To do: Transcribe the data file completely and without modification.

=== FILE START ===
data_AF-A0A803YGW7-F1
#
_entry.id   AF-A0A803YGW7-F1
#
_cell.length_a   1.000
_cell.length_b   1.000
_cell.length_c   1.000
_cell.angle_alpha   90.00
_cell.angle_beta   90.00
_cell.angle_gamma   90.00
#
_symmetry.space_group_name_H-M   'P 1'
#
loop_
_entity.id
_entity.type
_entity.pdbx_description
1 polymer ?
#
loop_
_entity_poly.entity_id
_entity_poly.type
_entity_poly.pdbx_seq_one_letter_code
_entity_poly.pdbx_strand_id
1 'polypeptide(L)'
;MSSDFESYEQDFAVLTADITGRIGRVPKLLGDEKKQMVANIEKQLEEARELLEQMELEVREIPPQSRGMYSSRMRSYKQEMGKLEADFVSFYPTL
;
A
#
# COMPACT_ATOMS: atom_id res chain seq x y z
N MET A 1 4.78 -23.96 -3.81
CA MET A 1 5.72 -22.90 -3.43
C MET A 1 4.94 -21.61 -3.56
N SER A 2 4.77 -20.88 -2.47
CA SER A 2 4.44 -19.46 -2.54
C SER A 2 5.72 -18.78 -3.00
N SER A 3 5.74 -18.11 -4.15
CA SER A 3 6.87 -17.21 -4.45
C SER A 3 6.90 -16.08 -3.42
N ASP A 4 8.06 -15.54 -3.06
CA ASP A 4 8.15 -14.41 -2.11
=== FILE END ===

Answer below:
data_AF-A0A803YGW7-F1
#
_entry.id   AF-A0A803YGW7-F1
#
_cell.length_a   1.000
_cell.length_b   1.000
_cell.length_c   1.000
_cell.angle_alpha   90.00
_cell.angle_beta   90.00
_cell.angle_gamma   90.00
#
_symmetry.space_group_name_H-M   'P 1'
#
loop_
_entity.id
_entity.type
_entity.pdbx_description
1 polymer ?
#
loop_
_entity_poly.entity_id
_entity_poly.type
_entity_poly.pdbx_seq_one_letter_code
_entity_poly.pdbx_strand_id
1 'polypeptide(L)'
;MSSDFESYEQDFAVLTADITGRIGRVPKLLGDEKKQMVANIEKQLEEARELLEQMELEVREIPPQSRGMYSSRMRSYKQEMGKLEADFVSFYPTL
;
A
#
# COMPACT_ATOMS: atom_id res chain seq x y z
N MET A 1 4.78 -23.96 -3.81
CA MET A 1 5.72 -22.90 -3.43
C MET A 1 4.94 -21.61 -3.56
N SER A 2 4.77 -20.88 -2.47
CA SER A 2 4.44 -19.46 -2.54
C SER A 2 5.72 -18.78 -3.00
N SER A 3 5.74 -18.11 -4.15
CA SER A 3 6.87 -17.21 -4.45
C SER A 3 6.90 -16.08 -3.42
N ASP A 4 8.06 -15.54 -3.06
CA ASP A 4 8.15 -14.41 -2.11